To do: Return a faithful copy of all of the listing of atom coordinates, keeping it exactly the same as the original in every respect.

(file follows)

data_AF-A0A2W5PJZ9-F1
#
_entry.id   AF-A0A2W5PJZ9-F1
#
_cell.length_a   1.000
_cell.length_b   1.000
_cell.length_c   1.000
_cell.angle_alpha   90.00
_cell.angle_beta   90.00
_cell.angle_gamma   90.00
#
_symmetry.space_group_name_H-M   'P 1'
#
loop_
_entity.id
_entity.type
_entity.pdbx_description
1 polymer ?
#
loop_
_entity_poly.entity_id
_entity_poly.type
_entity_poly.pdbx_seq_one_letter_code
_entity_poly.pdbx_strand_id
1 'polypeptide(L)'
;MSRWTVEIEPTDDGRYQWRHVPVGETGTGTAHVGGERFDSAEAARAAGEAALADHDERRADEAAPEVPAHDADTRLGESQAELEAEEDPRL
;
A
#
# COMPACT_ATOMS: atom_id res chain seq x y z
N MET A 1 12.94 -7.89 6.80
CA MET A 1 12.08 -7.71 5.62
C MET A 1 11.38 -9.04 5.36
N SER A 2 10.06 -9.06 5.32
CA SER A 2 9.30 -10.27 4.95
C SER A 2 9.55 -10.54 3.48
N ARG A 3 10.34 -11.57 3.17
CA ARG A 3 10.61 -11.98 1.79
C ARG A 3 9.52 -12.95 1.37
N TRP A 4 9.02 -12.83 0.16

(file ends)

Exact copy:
data_AF-A0A2W5PJZ9-F1
#
_entry.id   AF-A0A2W5PJZ9-F1
#
_cell.length_a   1.000
_cell.length_b   1.000
_cell.length_c   1.000
_cell.angle_alpha   90.00
_cell.angle_beta   90.00
_cell.angle_gamma   90.00
#
_symmetry.space_group_name_H-M   'P 1'
#
loop_
_entity.id
_entity.type
_entity.pdbx_description
1 polymer ?
#
loop_
_entity_poly.entity_id
_entity_poly.type
_entity_poly.pdbx_seq_one_letter_code
_entity_poly.pdbx_strand_id
1 'polypeptide(L)'
;MSRWTVEIEPTDDGRYQWRHVPVGETGTGTAHVGGERFDSAEAARAAGEAALADHDERRADEAAPEVPAHDADTRLGESQAELEAEEDPRL
;
A
#
# COMPACT_ATOMS: atom_id res chain seq x y z
N MET A 1 12.94 -7.89 6.80
CA MET A 1 12.08 -7.71 5.62
C MET A 1 11.38 -9.04 5.36
N SER A 2 10.06 -9.06 5.32
CA SER A 2 9.30 -10.27 4.95
C SER A 2 9.55 -10.54 3.48
N ARG A 3 10.34 -11.57 3.17
CA ARG A 3 10.61 -11.98 1.79
C ARG A 3 9.52 -12.95 1.37
N TRP A 4 9.02 -12.83 0.16